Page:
Internet Payments

Secure & Reliable

Your data is encrypted and secure with us.
VeraSafe Security Seal

Lethbridge Herald Newspaper Archives

- Page 4

Join us for 7 days to view your results

Enter your details to get started

or Login

What will you discover?

  • 108,666,265 Obituaries
  • 86,129,063 Archives
  • Birth & Marriages
  • Arrests & legal notices
  • And so much more
Issue Date:
Pages Available: 60

Search All United States newspapers

Research your ancestors and family tree, historical events, famous people and so much more!

Browse U.S. Newspaper Archives

Select the state you are looking for from the map or the list below

OCR Text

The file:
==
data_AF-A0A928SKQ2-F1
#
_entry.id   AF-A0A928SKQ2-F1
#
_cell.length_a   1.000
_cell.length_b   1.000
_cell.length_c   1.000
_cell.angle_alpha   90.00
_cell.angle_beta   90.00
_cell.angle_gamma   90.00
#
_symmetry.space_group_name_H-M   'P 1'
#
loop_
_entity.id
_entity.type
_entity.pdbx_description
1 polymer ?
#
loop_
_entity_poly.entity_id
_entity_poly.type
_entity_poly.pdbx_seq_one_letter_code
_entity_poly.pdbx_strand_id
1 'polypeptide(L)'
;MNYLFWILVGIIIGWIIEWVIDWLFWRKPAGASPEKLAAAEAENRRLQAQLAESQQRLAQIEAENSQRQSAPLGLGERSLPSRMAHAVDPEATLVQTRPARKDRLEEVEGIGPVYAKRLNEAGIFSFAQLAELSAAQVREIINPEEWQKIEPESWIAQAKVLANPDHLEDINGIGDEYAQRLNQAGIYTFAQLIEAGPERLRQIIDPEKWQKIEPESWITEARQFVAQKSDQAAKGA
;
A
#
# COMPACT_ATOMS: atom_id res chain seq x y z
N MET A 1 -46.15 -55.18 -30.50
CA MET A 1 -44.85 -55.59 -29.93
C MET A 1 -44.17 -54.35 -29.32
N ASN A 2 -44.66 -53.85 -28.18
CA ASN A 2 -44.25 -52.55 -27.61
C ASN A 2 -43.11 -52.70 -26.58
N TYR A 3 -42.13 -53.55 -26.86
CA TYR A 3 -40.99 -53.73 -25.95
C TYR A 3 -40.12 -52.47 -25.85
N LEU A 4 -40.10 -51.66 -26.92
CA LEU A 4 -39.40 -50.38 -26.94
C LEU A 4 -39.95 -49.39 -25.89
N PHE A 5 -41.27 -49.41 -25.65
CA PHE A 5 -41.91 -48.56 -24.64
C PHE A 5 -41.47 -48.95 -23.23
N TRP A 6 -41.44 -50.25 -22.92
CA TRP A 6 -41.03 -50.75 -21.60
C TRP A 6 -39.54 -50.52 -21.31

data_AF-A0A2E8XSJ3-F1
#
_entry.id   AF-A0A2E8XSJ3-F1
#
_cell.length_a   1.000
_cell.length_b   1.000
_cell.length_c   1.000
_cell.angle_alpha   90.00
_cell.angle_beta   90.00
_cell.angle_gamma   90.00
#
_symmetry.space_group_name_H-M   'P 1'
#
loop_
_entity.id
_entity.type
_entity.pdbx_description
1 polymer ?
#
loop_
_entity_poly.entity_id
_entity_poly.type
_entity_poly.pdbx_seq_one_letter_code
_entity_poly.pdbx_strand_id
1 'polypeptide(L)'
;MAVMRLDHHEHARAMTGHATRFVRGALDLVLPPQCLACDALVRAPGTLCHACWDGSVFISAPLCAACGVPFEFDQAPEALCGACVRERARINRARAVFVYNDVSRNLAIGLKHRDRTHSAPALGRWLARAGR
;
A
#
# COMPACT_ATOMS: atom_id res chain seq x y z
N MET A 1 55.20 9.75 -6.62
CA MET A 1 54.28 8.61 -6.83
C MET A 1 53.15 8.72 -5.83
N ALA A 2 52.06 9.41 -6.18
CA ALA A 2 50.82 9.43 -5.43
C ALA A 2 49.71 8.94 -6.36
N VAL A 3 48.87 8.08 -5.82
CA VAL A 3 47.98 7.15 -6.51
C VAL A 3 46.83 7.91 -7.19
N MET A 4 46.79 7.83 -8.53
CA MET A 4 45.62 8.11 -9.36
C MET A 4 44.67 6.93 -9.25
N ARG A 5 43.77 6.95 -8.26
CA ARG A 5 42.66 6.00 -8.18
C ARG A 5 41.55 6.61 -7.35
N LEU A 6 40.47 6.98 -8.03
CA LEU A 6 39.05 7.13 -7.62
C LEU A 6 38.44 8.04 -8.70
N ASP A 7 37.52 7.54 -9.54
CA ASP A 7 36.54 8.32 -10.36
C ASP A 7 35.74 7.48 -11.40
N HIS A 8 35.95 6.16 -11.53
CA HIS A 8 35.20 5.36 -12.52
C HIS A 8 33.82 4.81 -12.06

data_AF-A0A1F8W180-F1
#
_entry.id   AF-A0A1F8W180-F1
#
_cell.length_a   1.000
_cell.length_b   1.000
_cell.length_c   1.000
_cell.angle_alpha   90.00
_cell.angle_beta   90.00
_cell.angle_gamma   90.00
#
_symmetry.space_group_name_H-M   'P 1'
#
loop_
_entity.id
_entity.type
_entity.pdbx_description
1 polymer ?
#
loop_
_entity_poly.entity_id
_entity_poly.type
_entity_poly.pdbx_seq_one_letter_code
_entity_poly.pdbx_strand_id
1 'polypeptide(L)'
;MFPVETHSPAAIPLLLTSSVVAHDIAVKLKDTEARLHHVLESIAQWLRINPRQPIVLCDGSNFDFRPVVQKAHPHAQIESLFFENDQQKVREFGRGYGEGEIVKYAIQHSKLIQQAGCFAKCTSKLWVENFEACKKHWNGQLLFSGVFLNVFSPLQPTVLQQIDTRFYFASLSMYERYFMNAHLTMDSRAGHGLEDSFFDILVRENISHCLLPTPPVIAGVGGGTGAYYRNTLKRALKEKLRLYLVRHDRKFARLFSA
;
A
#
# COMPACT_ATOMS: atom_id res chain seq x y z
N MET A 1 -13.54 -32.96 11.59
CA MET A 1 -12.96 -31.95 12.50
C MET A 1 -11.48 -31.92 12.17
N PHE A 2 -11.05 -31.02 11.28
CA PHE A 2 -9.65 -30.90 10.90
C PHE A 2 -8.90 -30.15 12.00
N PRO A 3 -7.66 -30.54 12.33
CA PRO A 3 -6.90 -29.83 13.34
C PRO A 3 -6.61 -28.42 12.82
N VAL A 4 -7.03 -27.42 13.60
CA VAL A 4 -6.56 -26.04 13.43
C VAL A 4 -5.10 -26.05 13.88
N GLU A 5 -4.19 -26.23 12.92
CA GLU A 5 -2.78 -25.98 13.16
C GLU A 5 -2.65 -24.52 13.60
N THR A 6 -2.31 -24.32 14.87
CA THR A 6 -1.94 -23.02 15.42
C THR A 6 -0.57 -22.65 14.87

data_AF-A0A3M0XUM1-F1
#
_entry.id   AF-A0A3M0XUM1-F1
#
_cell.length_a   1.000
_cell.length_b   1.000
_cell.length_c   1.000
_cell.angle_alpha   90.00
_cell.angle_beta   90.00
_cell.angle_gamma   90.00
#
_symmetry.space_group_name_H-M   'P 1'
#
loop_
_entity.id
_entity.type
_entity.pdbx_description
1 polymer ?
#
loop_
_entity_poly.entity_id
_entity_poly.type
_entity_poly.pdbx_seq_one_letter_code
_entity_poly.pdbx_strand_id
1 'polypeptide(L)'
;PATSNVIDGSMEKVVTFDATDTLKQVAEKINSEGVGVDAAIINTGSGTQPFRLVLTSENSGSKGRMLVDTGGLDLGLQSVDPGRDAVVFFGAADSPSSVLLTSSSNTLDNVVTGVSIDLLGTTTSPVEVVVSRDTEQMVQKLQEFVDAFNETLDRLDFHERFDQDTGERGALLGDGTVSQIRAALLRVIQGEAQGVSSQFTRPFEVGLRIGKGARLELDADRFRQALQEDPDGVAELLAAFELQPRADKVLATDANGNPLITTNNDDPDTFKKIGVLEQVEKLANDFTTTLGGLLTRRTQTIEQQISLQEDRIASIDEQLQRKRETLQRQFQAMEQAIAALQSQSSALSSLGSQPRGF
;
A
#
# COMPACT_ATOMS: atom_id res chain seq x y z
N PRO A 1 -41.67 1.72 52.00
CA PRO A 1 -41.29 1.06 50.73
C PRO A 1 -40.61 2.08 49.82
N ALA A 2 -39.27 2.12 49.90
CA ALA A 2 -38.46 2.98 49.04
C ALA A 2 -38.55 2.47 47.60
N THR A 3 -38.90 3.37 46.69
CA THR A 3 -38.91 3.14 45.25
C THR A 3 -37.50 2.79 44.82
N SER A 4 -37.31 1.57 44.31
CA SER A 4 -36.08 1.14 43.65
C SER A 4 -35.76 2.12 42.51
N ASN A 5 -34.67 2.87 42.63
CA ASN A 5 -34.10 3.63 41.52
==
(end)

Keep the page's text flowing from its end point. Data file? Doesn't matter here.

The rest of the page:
Lethbridge Herald, The (Newspaper) - December 15, 1971, Lethbridge, Alberta 4 THE LETHBRIDGE HERALD Wednesday, December 15, 1971 The CDC gets the go-ahead The now Canada Development Cor- poration is startin" to lake on some shape with the announcement by the federal "'ovcrnment recently of its 21 directors. The directors comprise a lietcroKcnous drawn mostly from the business world, with only one woman academic and a trade unionist to try to inject a little bal- ance. There apparently is to be no spe- cific boss. Instead, the job at the top will be managed on an equal basis by a financial executive from Montreal's business community and a civil servant from the federal cab- inet's secretarial staff. Tlic corporation will begin busi- ness with million to be advanced as required by the federal govern- ment, followed by up to S75 million annually in each of the next two years. If il has accomplished what is expected of it in thai time, Cana- dians will be invited to invest in com- mon and preferred shares at S3 each up to about S2 billion. Stockholders logically will not be rushing with their money if it ap- pears that the CDC is being used, or may be pressured by the federal gov- ernment into using its funds to bail out failing industries in poor areas or to block foreign lake overs of com- panies which cannot find Canadian backers. Prime Minister Trudeau announced bis government wished to see the head office of CUC moved to Van- couver within two years. This may seem that government, influence has already been exerted before this pro- gram got off the ground. However, that, is by-lhe-by and Canadians gen- erally will view the move as a posi- tive indicator that there is some de- centralizing of power from Ottawa being considered at. lasl. Vancouver will give the CDC a western focus and will perhaps be influential in en- couraging more investment, in the Prairie region. It will take lime for the CDC to see where and how it will serve Canada best But according to the present schedule, it will be 1974 before Cana- dians will get the opportunity of ex- pressing their own judgment of its performance when (he CDC opens its share subscription list. Go all out for bus use Reducing transit fares lo a uni- form 10 cents a ride of itself is not apl lo induce more people to utilize this mode of transportation. On this point Alderman Steve Kotch is no doubt correct. Even his proposal of a better service might not make the desired difference. The experience of larger centres in Irving to persuade people to pat- ronize the public transit systems is very discouraging. An experiment in one r.S. city of picking workers up at their doors didn't even induce them to give up driving their cars. More success in weaning people from total dependence upon their aut- omobiles might be possible today when awareness of pollution and the depletion of resources has spread. A publicity campaign directed to the consciences of people could have some effect. Improving the service early in the morning and lale in the afternoon holds the best promise of luring bus riders. This is an experiment that downtown merchants ought to get behind since il could help to im- prove the parking situation. If em- ployees rode the bus they would not be feeding meters and discouraging shoppers. Reducing fares without improving the service or mounting a publicity campaign doesn't appear to be a suf- ficient answer to the problem of non- patronage. People who can afford to drive cars to work, and perhaps feed a meter all day. will not change their habils merely because of the prospect of a 10-cent fare on the bus. ANDY RUSSELL The persecuted birds 1VOT so many years ago. eagles, hawks and owls were considered vermin alcng with crows and magpies, pests to be destroyed by every means possible. Boun- ties were paid for great horned owls, gos- hawks and even eagles. It was said the latter were inveterate killers of lambs, both wild and tame, but nobody had done much honest looking. Most of us did not know the difference between a goshawk and a prairie falcon, so we shot hawks indiscri- minately. We counted all the expense and effort as a worthy investment to save wild- fowl, upland game and songbirds from the predators. The same pccplc that clamored for more and higher bounties were draining wet- lands, plowing under brush cover and even removing boundary fences to allow cultiva- tion right up to the edge of the road al- lowances. Weed sprays were being used to kill brush and weed cover on irrigation canal banks and roadside ditches. Cereal grain was the name of the game; the growth of a great monoculture. We did not realize that nature abhors monocultures. We were fast removing much natural nest- ing cover in places where it should have been left. We did not care about the wet- lands disappearance, just so there was more grain in the bins. To add to the threat, we attacked the insects with tons of DDT, and contributed more tons of poisonous mercury effluent to the land and water. Progress we called it, but in spite of our zealous killing of predators, the birds continued to disappear. Then, at last, we began to realize the truth of Rachel Carson's predictions Silent Spring, a time when there would be no more bird- song or sound of whistling wings ,when the spring sun warmed the land after long, cold winters. Second looks reveaJed that most of the so-called destructive predators were the best controls for rodent pests. Bounties were largely discontinued. DDT was found the tissues of animals, birds and fish in every corner of Ihe world, and its use cur- tailed. The deadly effects of mercury ef- fluents were checked, but not till major water systems wore so badly polluted that fish contained are condemned for human consumption. Some species of birds like the brown pellican and the eagles are on the brink of extinction due to effects of DDT. Many of the songbirds have been thinned dangerously in numbers for the same raason. The deadly effects of weed spraying over nesting grounds has been severly criticized and checked in many areas. Many people have become aware of the dangers and inhumanity of our ways to the point of insisting on improved en- vironmental management. But we still have a long way to go too long for any resting en laurels. For instance, just how destructive are crows and mapgies? For fifty years here on our ranch in southern Alberta, we de- stroyed these birds at every opportunity. Bui counts show very little difference in numbers of songbirds, grouse and ducks. So ten years ago we put crows and magpies under total protection. Populations of other birds show little difference as a result. Two years ago after eight years of mag- pie and crow protection, a graduate stu- dent from the University cf Wisconsin came to make a study of songbird popula- tion in aspen growth. On a plot measuring 300 yards deep and the same wide, he tabulated ;i2 different .species of songbirds, including 27 species with nests. In several plots of similar aspen growth nature from Manitoba west to the Rockies this was the heaviest bird population he observed any- where. At the same time, as a Ducks Unlimited "Key man1', I ca'i sec no appreciable dif- ference in the duck and grouse numbers. So the thought occurs to this observer, we still have much to learn. When I saw a field well sprinkled with crows and magpies the other day, all busily eating grasshoppers, 1 wondered .some more. Maybe, if we spent the time and money used in their control to improve tbe habitat., we would be much further ahead. II. is something to think about, for nature has wonderful ways of balancing things. ;md if we could help straighten some badly used environment, the birds could take care of them- selves. Making believers thought I had carried my boon offered for sale M o r e incredible J fence spoofing too far when T reported things I linn fences change hands as a my reaction to classified ads offering fen- result of those columns. There was even cos for "That's she said, an ad once nhout a (iarbenstangel. "any hope that readers might pve crcci- Kathcr than discrediting ir.y veracity, ihilily to your stones has been shattered the mention of the fence ads is likely to make hellevers out those who may Avid readers of The Herald's classified wondered if all the stories about section know very well that fences have Elspcth nrc true. Manric Senate pressed for decision on tax bill OTTAWA The government slill burdened wilh the Benson tax measure, is al- tempting lo calm an all-parly revolt of senators, angered and humiliated by the roic as- signed to them in this parlia- mentary drama. This was stretched n u I. by Paul Martin, who intimaled, in characteristically polite fash- ion, that the senators should deal with it in the first four days of Christmas week. Me suggested a few overtime vari- thought and thus spare the would be no alternative but us to return and deal with th bill before the end of Decem- ber in this calendar year." In arguing for closure, Allan llacEnchcn calculated that the measure in its various mani- festations had been before the for not expected lo do anything or Beyond question, however, the is the Senate of importance in the the kind. For, if the Senate Senate has in the past amend- Mr. Trudcau's eyes; it is to De- seeks to play its role in a re- sponsible fashion, it will al- most certainly have to amend the bill, at least to the extent of incorporating the changes rec- ommended in the latest report Commons on nearly <10 days. It of its banking and commerce is astonishing that the Senate, which has yet lo confront (he hill, should be expected in four days to exercise its function of sober, second ed so-called money bills (al- though it cannot originate To quote McKay (the unreformed Senate of Can- "The income tax bill of 1917 was practically unwork- able when it came before the Senate, and only by the Sen- come in future more impor- tant. "Federal systems general- ly provide in the central leg- islature for an upper house which in one nay or another permits representation of the particular interests of the ale's amendments was it put component states and their into anything like satisfactory people." shape." Further, among those Cariadai it ]s also pos- who asserted a right in the to ccrtain special ants but the point of his mes- sage was: "If the bill is not fin- ished, oi course, in view of the effective date of Jan. 1, there House of Commons from the consequences of its usual, and sometimes serious, mistakes. On the face of matters, il is Senate have been disputed. committee. By inference, it is instructed to avoid such action for, in thai case, the measure would have lo go back to the Commons (which must also be oiuii_ iu iuw.....j kept in session until royal as- present case, was Eugene For- the people of the sey, a leading authority on the respcctive province or regions constitution. "This he thoso intei.ests require a said "may see fit to make fuj, opportunity for public ex- amendments to this bill, with ession in a institution the result that the House of sent) at further and grave risk to the sacred timetable. The price powers of tho Commons will have to consider those amendments." No one challenged his assertion. But the government eviident- ly has a strong conviction that the right ought not to be exer- cised. The duty of senators is to endorse the bill, and with despatch, for what is important is the timetable. If the Senate's role is mere obedience, is it useful in its present form? Is the govern- ment, perhaps, making a practical case for abolition pressio such as the Senale. "Tho Senale of Canada should have the. powers it now possesses, together with certain additional powers, to approve nominations by the federal government of judges of the Supreme Court of Can- ada, ambassadors and heads of cultural agencies." And so on. Nothing any- where about a curtailment of powers. No hint that the Sen- ate is a mere rubber stamp. The omission is not acci- dental. Mr. Trudeau is attempt- as advocated by Stanley to'woo the provinces with Knowles? Or does it have in m i n d a reformed Senate lim- ited to special studies (on pov- erty, for example, or Ihe prob- lems of the aged) and removed from the legislative process? The answer is no. There is no relationship between the prime minister's practice and the prime minister's view s. In practice, senators are treated like page boys and vacancies (of which there are at the mo- ment 15) are simply ignored for month after month al- though some provinces may be virtually tion. denied represenla- "Hold on, we are issuing a But the doctrine is utterly different. It is to be read hi propositions submitted by the federal delegation, a summary of proposals put forward by the government in its bid to win the consent of the provinces to constitutional reform. Not only Letters To The Editor Next major move, government control of savings Your editorial on 3 would suggest that the govern- ment of Canada has (he "right, even the duty." to invoke clo- sure by whatever flowery term, and ram a monstrous tax bill down the throats of the taxpay- ers of the country. The bill is The Herald has also implied that resistance to tnis "tax re- form" comes only from those who will be adversely affected. These people are not properly adjuster! to the ideals of col- lectivism, so therefore they are of no consequence. These peo- about the economics of produc- tion with dollars out of a print- tivity as the reformers who ing press. And beat inflation have never paid a dime of with make-play projects. taxes in their lives. Your tax reform is the sec- open to criticism, only a small pie are paying enough taxes, portion of it has been examined They are sick and tired of buy- ing West Side sites and cultur- al centres and make play- projects and Bonaventures and Opportunities for Youth and by Parliament, its provision will dominate every working Cana- dian for years to conic, and you would have us accept this pig in a poke as the divine right of the Liberals. Both Britain and (he U.S. ond phase of a much greater have recently discovered rath- and more comprehensive legis- lative package. The first phase was the passing two years ago of the debate-limiting bill (us- ing closure) so that this one could be railroaded through. The next major move will be to government control of sav- free bus rides. And if they have brains enough to make the er painfully, Ihe consequences of destroying initiative. But there is something about our Canadian weather that inspires a brilliance of socialism found nowhere else in the world. We are going to deficit finance our- selves to prosperity. Borrow ourselves rich. Garb everything from those who work and save ings. Anyone with substantial an offer of substance. "The Senale should be partly select- ed by the federal government and partly selected by provin- cial governments." Obviously such an offer would amount to little if sena- tors so designated are rele- gated to a merely ornamental role or at best to that of indus- trious students limited to re- search activities. It is not much wonder that the senators, denied an op- portunity to represent effect- ively the interests of their respective regions in a matter of such importance, should feel affronted. The fact is that they have 'worked hard in the gen- eral field of tax reform al- though they have yet to come to grips with the Benson text which, with the regulations, will determine the treatment of citizens in years to come. In dealing with the Senate, the government does not pos- sess a handy guillotine. It has the more effective weapon, of moral pressure based not on the image of the Senate, which it seeks to impress on provin- cial premiers but, on the more popular image, kept fresh by advocates of abolition. How can an appointed body pre- sume to oppose itself to the elected representatives of the people? The Senate, in modern times, has very carefully avoided col- lisions with the House of Com- mons. Sober second thought presumes study, delay and amendment; a Senate lacking these rights would certainly be if ti-is ipoUlaiion his been money that keeps the country and give it to those who won't. If tins legislation nas Been __.'__. V, tn tavahlp too long under discussion let us remember that it was cle- verly and purposely handled in a manner to complicate, dis- guise and misrepresent. It was no accident that some of the original proposals were put in to stir controversy, then dropped after they had attract- ed attention away from what was left, the real purpose of the bill. Obviously there arc clauses, ramifications and interpreta- tions of Ihis thing which will not stand a public examination. Most of us will learn about them for the first time when we send our years' earnings or our life savings to Ottawa to be dissipated as quickly as pos- sible in whatever way will buy Ihc most, votes. A million peo- going and pays the politicians' handsome salaries, they just could know almost as much Encourage people to taxable production by flinging handouts to the improvident. Fight infla- savings will be compelled to Uselcss_-But the upper house, invest a portion, or all of it, thc expcriellce of some of with the Canada Development Corporation. L. K. WALKER. Milk River. As a Christmas token to Chief Warden Armstrong and his hard working staff of Wa- terlon National Park, I should like to publicly commend them for the outstanding work they have done in the past two years by way of restoring the delta, commonly called the in the townsite. I well remember the sad, pi- tiful condition of this area three years ago after all the trailers, tents and people had pulled out. privacy. More than 101) previously lovely Irees stood silhouetted, like life- less ghosts, against thc moun- lains and blue lake beyond. eminence of some of its members, only rarely re- ceive favorable notice and its popular image makes it vul- nerable to such pressures as may now be brought against it. Mr. Trudeau is certainly not the first prime minister to treat the Senate in cavalier fashion, requiring it to clear fine job this summer Faced important legislation with in- soil was carted in, grass seed unsurpassed vis- adequate consideration _at the Thanks to ivardens and staff at park expense, moved on thc scene a disciplinarian along with the and this devastated area has R.C.M.P.? now been restored. Rich black Incidentally the police did a generously sown, trees not only eplaced but more planted and itors on the 24th of May week- end, including many who were finally tenting privileges lim- utterly ruthless, their measures ited to one tent per lot a la trailer area with very end of a session. He has merely dramatized the prac- tice; made a technicolor pra- duclion out of it by confronting and preparedness were notice- ably and satisfactorily tighten- the senators at the last mo- paved "strip leading to it for ed 'for the rest of the summer, nwnt with perhaps the most v ,_.. :_i._ i___, massive and complex measure parking and a number for iden- tification. As a result tenters have more So long as these lovely moun- tain areas are open for every- one's use, paid out of our tax dollars and available not only UUJldli